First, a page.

Water Resource Associates

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Hydrological Modelling

Hydrological models serve a range of purposes but they are used primarily to estimate runoff from sequences of rainfall and the meteorological information needed to estimate potential evaporation. They can be used to estimate river flows at ungauged sites, fill gaps in broken records or extend flow records with respect to longer records of rainfall.

Powerful models are based on physical principles governing the movement of water within a catchment area, but they need detailed high-quality data to be used effectively.

More commonly, simpler conceptual models are used to represent the basin as a whole. The main controls on water movement are represented by quasi-physical model elements whose action is governed by a set of model parameters. In some circumstances, these parameters can be adjusted to represent changes to land-use in the catchment area. The flow diagram illustrates HYSIM, one of this type of model used by WRA, which is also capable of simulating many of the artificial influences on a river basin.

Other classes of model include stochastic models that can relate runoff to rainfall or be used to synthesise contemporary flows in a number of basins by preserving the spatial and temporal correlation structure defined from a common record.

WRA has experience in the development and use of many of these different types of model. We are aware of the limitations of all forms of modelling and of the need to take account of the limitations of data quality or data availability in a particular river basin and to select a model that meets the precise needs of the project.

WRA Experience

The River Rother in Kent is an important river for water resources. Its flow record is incomplete and, for certain periods, of doubtful accuracy. The HYSIM model was calibrated to three sub-catchments in the basin. The input data to the model (precipitation and PET) were checked for consistency and the simulated flow record was used to provide a consistent basis for evaluating changes to the observed flow record and for infilling missing data.
The river Trent, a complex drainage area of 20,000 km2, rises in the English Midlands and flows into the North Sea. Its upper reaches are highly urbanised with much industry. In the past this river has been considered unsuitable for potable use but recent improvements in quality have led to that decision being revised. This led to a need for a long-term naturalised flow record. The HYSIM rainfall/runoff model was calibrated to six years of recent flow data for which data on abstractions and discharges were also available. An extended naturalised flow sequence was produced using rainfall and evaporation data going back to 1920.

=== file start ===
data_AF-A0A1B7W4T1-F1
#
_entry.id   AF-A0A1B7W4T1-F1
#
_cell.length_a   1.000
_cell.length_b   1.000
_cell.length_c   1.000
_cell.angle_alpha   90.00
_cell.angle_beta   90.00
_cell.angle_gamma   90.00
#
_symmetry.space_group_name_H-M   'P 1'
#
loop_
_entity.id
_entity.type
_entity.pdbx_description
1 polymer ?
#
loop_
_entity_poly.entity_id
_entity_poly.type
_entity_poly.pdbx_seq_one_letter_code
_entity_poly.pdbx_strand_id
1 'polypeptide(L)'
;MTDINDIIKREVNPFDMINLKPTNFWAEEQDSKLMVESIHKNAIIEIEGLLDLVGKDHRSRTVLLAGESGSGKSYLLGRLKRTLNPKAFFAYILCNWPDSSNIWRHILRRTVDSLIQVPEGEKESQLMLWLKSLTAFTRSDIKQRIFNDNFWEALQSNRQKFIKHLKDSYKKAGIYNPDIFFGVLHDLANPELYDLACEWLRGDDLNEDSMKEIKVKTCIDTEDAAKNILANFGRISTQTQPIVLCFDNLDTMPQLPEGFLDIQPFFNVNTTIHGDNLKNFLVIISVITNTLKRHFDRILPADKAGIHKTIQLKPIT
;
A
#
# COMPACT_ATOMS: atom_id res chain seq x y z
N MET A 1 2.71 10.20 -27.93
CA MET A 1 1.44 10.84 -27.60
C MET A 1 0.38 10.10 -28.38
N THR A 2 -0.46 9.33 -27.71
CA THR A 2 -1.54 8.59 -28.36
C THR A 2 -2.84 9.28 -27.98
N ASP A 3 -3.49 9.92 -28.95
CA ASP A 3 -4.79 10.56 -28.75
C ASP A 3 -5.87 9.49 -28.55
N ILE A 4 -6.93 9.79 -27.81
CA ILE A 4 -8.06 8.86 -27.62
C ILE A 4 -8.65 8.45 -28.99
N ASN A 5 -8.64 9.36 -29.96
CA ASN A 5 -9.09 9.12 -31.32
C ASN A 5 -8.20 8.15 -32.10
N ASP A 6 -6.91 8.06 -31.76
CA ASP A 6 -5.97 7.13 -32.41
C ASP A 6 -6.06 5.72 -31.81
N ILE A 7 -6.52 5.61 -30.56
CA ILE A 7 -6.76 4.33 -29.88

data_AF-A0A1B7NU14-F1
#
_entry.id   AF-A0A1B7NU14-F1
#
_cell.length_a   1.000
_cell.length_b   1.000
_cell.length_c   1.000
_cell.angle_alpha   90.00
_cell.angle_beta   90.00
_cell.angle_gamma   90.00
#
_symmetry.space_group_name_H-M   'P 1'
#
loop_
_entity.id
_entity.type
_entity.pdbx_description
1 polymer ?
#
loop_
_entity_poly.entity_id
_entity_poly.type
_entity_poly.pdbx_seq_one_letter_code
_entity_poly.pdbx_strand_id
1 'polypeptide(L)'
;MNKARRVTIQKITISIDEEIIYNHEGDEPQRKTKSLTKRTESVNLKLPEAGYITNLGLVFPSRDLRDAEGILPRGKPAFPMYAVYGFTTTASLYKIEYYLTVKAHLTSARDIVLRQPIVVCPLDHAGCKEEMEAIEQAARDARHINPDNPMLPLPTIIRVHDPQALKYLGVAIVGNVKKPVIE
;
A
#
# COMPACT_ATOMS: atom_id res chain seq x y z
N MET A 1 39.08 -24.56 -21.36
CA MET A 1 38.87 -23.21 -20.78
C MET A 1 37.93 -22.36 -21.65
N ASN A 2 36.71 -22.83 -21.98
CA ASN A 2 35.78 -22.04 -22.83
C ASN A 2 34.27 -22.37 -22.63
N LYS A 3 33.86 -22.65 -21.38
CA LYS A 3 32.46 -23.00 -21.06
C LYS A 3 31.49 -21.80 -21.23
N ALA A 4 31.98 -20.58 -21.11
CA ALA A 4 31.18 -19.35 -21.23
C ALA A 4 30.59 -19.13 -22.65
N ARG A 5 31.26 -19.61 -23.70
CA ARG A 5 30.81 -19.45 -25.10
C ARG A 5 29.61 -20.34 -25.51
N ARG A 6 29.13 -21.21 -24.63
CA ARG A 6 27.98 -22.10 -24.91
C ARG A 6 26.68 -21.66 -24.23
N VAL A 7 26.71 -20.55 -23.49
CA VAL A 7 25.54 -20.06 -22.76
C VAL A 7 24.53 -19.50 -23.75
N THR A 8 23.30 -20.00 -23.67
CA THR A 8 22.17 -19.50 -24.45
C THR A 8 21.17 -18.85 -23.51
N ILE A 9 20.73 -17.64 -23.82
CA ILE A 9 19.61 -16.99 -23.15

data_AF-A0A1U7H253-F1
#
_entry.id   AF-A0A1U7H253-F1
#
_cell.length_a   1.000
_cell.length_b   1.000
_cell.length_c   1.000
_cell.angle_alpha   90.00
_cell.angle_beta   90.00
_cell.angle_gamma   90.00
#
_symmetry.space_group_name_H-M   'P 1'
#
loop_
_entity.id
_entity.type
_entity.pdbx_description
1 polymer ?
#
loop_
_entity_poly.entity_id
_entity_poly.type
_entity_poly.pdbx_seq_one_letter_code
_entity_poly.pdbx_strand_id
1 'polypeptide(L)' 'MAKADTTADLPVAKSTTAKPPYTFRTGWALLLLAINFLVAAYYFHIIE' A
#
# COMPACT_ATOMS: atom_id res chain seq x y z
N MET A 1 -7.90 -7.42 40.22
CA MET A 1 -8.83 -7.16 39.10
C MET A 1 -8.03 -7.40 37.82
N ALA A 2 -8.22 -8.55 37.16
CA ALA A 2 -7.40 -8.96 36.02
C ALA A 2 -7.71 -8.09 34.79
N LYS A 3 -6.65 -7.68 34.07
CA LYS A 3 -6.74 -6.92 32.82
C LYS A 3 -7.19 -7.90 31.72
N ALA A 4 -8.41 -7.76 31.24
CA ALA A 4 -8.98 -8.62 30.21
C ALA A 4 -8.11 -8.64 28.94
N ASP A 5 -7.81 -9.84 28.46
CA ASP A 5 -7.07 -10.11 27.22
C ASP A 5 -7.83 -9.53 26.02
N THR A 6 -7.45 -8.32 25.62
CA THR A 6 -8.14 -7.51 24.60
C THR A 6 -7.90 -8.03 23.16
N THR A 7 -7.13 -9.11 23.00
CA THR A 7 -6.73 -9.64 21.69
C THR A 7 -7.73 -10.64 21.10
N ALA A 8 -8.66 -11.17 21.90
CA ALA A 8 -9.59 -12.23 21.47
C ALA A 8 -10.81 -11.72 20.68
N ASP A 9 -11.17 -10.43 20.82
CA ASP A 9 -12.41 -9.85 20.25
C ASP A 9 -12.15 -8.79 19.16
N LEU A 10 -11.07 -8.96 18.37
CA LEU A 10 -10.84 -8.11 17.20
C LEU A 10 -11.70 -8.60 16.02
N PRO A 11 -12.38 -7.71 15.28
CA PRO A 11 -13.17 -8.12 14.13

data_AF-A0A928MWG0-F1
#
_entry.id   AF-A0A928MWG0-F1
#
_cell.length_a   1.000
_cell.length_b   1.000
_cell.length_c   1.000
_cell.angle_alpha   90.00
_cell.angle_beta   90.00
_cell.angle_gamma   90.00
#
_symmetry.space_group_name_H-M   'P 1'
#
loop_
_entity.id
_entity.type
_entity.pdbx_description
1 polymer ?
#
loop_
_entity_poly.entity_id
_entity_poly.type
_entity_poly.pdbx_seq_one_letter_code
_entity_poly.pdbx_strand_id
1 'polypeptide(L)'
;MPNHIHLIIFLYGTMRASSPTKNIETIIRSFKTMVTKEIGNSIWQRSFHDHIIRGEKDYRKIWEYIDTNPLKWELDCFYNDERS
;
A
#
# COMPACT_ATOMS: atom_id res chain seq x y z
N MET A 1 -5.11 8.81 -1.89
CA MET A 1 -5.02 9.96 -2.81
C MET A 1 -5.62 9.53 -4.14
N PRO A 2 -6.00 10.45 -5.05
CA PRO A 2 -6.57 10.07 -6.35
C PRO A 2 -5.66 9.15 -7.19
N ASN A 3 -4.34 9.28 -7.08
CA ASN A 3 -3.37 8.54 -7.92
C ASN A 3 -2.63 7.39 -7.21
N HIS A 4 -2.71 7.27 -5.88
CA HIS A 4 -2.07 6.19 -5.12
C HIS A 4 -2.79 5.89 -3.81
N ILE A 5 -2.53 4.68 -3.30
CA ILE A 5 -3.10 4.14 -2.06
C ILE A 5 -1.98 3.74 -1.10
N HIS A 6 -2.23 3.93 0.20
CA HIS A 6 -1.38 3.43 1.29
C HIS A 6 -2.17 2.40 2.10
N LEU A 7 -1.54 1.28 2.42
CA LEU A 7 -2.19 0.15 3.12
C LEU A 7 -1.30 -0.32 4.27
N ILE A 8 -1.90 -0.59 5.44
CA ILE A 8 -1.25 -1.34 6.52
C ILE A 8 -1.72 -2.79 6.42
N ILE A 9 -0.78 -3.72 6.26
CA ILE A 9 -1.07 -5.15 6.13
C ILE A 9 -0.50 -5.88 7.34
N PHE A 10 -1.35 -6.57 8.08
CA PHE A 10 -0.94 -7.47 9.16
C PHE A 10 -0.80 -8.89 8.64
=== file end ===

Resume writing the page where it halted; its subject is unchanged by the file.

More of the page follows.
The Omo-Gibe basin, in southern Ethiopia, had a drainage area of 80,000 km2 and a population of six million. The basin is at present largely undeveloped. As part of a Master Plan Study a flow sequence was need to determine the potential of the basin for irrigation and hydropower development. A monthly rainfall-runoff model was developed to produce extended flow records for those sub-catchments with flow data and synthetic flow series for ungauged sub-catchments.
Lake Chad plays an important part in the regional economy. The lake is filled by the rivers Logone and Chari which flow from wetter areas of Cameroon, Nigeria and the Central African Republic. As the time lag between rainfall in the upper basin and the lake is 3 or 4 months it was possible to develop a monthly hydrological model for flow forecasting purposes.
A river flow model was developed to investigate the environmental impact of increased abstractions from the Mzima springs in the Tsavo National Park on the Tsavo, Athi and Sabaki river system in eastern Kenya. The model operates on a five day time step over the period 1932 to 1991 and was used to evaluate different pipeline capacities, pipeline operating strategies. It also simulates the effects of climate change and man-made influences on the Athi river.
Development of river basin models capable of routing the estimated runoff through a series of irrigation control structures as part of a UNDP-funded programme to strengthen the capability of the Institute for Water Studies in Madras.

In addition our Associates have also worked in:

Use of rainfall-runoff models to investigate the impact of deforestation, changes in cropping and irrigation and hydropower development on the hydrology of the Mekong basin.
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Key Areas of WRA Expertise